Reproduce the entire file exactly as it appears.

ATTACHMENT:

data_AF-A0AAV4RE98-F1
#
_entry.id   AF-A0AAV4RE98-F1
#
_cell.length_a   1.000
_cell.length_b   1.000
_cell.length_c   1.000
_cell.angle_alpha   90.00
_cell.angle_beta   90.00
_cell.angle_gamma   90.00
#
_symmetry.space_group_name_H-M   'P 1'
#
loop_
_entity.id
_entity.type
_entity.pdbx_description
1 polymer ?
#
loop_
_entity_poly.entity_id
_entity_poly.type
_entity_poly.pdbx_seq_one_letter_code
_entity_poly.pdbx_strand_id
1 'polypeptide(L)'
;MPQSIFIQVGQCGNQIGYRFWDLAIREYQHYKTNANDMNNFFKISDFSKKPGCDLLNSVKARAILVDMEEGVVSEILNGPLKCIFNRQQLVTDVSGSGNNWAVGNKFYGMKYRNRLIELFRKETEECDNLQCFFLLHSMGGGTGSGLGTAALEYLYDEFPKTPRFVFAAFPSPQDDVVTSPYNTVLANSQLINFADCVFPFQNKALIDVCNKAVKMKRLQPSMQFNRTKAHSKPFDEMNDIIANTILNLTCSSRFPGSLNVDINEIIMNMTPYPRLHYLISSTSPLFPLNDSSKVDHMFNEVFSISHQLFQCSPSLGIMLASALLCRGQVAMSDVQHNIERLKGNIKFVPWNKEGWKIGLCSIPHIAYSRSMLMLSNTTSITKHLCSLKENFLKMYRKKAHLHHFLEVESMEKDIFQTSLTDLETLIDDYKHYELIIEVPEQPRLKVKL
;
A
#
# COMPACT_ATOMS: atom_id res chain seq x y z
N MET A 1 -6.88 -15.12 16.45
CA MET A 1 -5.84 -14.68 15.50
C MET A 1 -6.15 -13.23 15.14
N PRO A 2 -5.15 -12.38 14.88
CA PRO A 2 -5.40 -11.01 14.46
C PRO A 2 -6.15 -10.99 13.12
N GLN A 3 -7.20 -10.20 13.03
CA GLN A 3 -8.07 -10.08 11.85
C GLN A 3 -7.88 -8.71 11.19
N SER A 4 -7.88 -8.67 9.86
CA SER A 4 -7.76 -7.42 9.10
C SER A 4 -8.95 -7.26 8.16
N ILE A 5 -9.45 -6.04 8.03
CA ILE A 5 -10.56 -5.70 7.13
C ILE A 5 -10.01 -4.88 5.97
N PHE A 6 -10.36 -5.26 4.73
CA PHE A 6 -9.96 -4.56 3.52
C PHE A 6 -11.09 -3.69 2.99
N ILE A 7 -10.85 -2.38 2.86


data_AF-A0AAV4RE98-F1
#
_entry.id   AF-A0AAV4RE98-F1
#
_cell.length_a   1.000
_cell.length_b   1.000
_cell.length_c   1.000
_cell.angle_alpha   90.00
_cell.angle_beta   90.00
_cell.angle_gamma   90.00
#
_symmetry.space_group_name_H-M   'P 1'
#
loop_
_entity.id
_entity.type
_entity.pdbx_description
1 polymer ?
#
loop_
_entity_poly.entity_id
_entity_poly.type
_entity_poly.pdbx_seq_one_letter_code
_entity_poly.pdbx_strand_id
1 'polypeptide(L)'
;MPQSIFIQVGQCGNQIGYRFWDLAIREYQHYKTNANDMNNFFKISDFSKKPGCDLLNSVKARAILVDMEEGVVSEILNGPLKCIFNRQQLVTDVSGSGNNWAVGNKFYGMKYRNRLIELFRKETEECDNLQCFFLLHSMGGGTGSGLGTAALEYLYDEFPKTPRFVFAAFPSPQDDVVTSPYNTVLANSQLINFADCVFPFQNKALIDVCNKAVKMKRLQPSMQFNRTKAHSKPFDEMNDIIANTILNLTCSSRFPGSLNVDINEIIMNMTPYPRLHYLISSTSPLFPLNDSSKVDHMFNEVFSISHQLFQCSPSLGIMLASALLCRGQVAMSDVQHNIERLKGNIKFVPWNKEGWKIGLCSIPHIAYSRSMLMLSNTTSITKHLCSLKENFLKMYRKKAHLHHFLEVESMEKDIFQTSLTDLETLIDDYKHYELIIEVPEQPRLKVKL
;
A
#
# COMPACT_ATOMS: atom_id res chain seq x y z
N MET A 1 -6.88 -15.12 16.45
CA MET A 1 -5.84 -14.68 15.50
C MET A 1 -6.15 -13.23 15.14
N PRO A 2 -5.15 -12.38 14.88
CA PRO A 2 -5.40 -11.01 14.46
C PRO A 2 -6.15 -10.99 13.12
N GLN A 3 -7.20 -10.20 13.03
CA GLN A 3 -8.07 -10.08 11.85
C GLN A 3 -7.88 -8.71 11.19
N SER A 4 -7.88 -8.67 9.86
CA SER A 4 -7.76 -7.42 9.10
C SER A 4 -8.95 -7.26 8.16
N ILE A 5 -9.45 -6.04 8.03
CA ILE A 5 -10.56 -5.70 7.13
C ILE A 5 -10.01 -4.88 5.97
N PHE A 6 -10.36 -5.26 4.73
CA PHE A 6 -9.96 -4.56 3.52
C PHE A 6 -11.09 -3.69 2.99
N ILE A 7 -10.85 -2.38 2.86